A view of our current global woes using the words of Leonard Cohen
By Andonis Vassiliades
Recently, as I watched the news on the small screen: the political antics still going on in the US, UK, Europe and the world, but especially the Brexit and Trump pantomime; the ultra-right spreading its wings; taking the odd short stroll down and up the streets of London; and sitting at every café for the dark stuff, I was struck down by something not exactly physical. I started hearing voices.
Beguiling, emotional and passionate voices of doom and resurrection – punctuated with Leonard Cohen lyrics – keep humming in my head. Rhythmically, the voices recite the confusing and conflicting world of today. They present as Muses of knowledge and rationality one moment; and, the next, as seductive Sirens luring me with their beauty to follow them to greed, corruption, destruction and death.
One minute, I hear them say, “I’ve seen the future, brother: it is murder.” And the next, they serenade me with visions of hope and peace: “Dance me to your beauty with a burning violin, dance me through the panic ‘til I’m gathered safely in, lift me like an olive branch and be my homeward dove.”
When I am mesmerised enough, they warn me that “The blizzard of the world has crossed the threshold and it has overturned the order of the soul”; that my “private life will suddenly explode, there’ll be phantoms, there’ll be fires on the road.”
They are enticing me to have my home fortified and protected from good-doers, the homeless, the poor, the beggars, the immigrants and anything liberal. They are a danger to safety, to the nation, its wellbeing and prosperity. I need security, they advise. I need borders and surveillance. Most of all I need that wall.
I try to resist the seduction by telling these voices, “You can add up the parts but you won’t have the sum. You can strike up the march, there is no drum. Every heart to love will come but like a refugee.”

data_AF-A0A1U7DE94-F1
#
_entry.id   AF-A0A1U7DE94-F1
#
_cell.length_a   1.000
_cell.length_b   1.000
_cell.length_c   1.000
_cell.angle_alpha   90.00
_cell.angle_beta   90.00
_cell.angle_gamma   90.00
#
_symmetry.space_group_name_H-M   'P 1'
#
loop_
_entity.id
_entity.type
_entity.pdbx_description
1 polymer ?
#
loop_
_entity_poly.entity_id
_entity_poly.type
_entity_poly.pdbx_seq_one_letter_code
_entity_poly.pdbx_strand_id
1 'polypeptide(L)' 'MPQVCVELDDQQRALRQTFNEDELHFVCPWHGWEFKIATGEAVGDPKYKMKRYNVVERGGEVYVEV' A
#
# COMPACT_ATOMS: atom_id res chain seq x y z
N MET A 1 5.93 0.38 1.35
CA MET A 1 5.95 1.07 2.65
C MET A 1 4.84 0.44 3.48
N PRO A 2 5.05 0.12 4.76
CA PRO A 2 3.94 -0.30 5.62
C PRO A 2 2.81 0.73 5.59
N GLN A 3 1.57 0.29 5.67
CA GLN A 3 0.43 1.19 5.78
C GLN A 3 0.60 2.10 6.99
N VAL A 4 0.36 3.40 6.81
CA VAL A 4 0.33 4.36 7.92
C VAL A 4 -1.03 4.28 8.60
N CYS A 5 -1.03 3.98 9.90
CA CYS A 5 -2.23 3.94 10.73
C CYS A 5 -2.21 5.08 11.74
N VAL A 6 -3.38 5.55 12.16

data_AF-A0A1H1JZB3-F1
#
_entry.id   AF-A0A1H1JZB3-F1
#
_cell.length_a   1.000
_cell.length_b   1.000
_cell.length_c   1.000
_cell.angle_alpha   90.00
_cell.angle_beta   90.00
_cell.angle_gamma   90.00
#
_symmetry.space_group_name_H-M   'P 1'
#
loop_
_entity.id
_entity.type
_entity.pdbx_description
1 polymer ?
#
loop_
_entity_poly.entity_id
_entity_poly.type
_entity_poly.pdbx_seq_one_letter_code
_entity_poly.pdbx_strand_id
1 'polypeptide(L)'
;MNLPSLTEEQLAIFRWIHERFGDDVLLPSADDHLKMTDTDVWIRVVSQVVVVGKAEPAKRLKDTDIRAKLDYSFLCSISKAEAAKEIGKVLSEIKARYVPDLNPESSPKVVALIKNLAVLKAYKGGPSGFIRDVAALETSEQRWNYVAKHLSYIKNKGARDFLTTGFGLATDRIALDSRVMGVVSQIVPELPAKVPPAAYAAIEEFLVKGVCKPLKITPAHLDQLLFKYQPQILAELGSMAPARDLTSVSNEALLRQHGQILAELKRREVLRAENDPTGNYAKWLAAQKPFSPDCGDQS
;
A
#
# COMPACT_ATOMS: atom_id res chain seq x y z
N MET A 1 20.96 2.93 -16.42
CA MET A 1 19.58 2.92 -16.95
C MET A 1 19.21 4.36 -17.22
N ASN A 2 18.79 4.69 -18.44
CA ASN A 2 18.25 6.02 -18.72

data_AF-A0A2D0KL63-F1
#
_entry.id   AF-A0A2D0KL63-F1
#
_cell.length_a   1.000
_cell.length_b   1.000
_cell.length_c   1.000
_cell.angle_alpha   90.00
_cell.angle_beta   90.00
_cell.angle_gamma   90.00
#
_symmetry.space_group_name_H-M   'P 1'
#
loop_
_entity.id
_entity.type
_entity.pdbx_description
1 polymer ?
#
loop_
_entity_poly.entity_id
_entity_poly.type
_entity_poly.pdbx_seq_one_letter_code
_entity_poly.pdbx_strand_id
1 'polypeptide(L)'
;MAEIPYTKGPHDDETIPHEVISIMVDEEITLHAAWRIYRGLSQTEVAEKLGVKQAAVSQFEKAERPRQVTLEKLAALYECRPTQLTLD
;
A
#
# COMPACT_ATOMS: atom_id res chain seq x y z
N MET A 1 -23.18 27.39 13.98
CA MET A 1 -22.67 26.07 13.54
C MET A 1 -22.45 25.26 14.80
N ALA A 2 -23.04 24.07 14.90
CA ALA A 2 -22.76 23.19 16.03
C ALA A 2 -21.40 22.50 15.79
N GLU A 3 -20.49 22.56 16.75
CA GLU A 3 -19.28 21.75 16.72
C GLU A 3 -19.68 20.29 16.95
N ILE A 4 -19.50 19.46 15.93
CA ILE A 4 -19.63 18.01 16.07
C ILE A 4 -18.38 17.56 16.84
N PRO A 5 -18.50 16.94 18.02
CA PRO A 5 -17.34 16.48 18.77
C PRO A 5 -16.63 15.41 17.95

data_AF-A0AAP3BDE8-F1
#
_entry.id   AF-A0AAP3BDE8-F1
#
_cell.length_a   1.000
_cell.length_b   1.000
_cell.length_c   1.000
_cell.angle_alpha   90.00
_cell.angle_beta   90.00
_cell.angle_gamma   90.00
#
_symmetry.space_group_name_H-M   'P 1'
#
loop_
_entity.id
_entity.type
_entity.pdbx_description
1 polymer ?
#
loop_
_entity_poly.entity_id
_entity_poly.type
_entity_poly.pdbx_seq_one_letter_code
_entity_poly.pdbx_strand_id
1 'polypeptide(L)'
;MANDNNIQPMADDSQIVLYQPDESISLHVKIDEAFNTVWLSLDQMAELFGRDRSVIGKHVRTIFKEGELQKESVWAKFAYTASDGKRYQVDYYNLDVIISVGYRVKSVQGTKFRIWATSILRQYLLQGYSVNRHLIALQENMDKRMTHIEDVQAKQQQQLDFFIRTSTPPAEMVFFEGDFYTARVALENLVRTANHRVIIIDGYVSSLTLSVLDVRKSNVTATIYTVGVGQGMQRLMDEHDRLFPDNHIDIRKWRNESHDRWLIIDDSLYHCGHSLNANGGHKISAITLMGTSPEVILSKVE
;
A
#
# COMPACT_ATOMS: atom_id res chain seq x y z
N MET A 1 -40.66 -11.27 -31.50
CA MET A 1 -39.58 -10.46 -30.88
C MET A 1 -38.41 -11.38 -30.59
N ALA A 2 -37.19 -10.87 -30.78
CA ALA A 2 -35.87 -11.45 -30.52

But the voices hit back. They tell me not to be sentimental. Democracy rises “From the wars against disorder, from the sirens night and day, from the fires of the homeless, from the ashes of the gay”.
They gratify me with dazzling visions. You need power. Power is democracy. Follow us, the voices whisper suggestively. Just say it: “I’m your man” and we will give you “absolute control over every living soul”; “Give [you] back the Berlin wall; Give [you] Stalin and St. Paul”. They flatter me that power suits me: that it does wonders for my big Napoleonic ego; and that it is my “absolute right to declare a national emergency [or as some folk say, exercise my nuclear option]” to restore order (Donald Trump, 10/1/19).
But who will pay for the wall, I dare ask. The people will pay the 5.6 billion dollars, the voices respond. And why should you care for 800,000 idle federal employees?
But they are ordinary people, I answer. Many may lose their jobs and their homes. Their plight will have a multiplier effect on the US economy which will hurt many others. They will not be able to put food on the table for their families.
You do not buy democracy by feeding everyone, the voices answer sharply. Sacrifices are required. Your security is at stake. You need protection. Steel and concrete must be stuck high up to keep those criminals, drug addicts and pushers, gays, human traffickers, rapists and so-called refugees out of the country.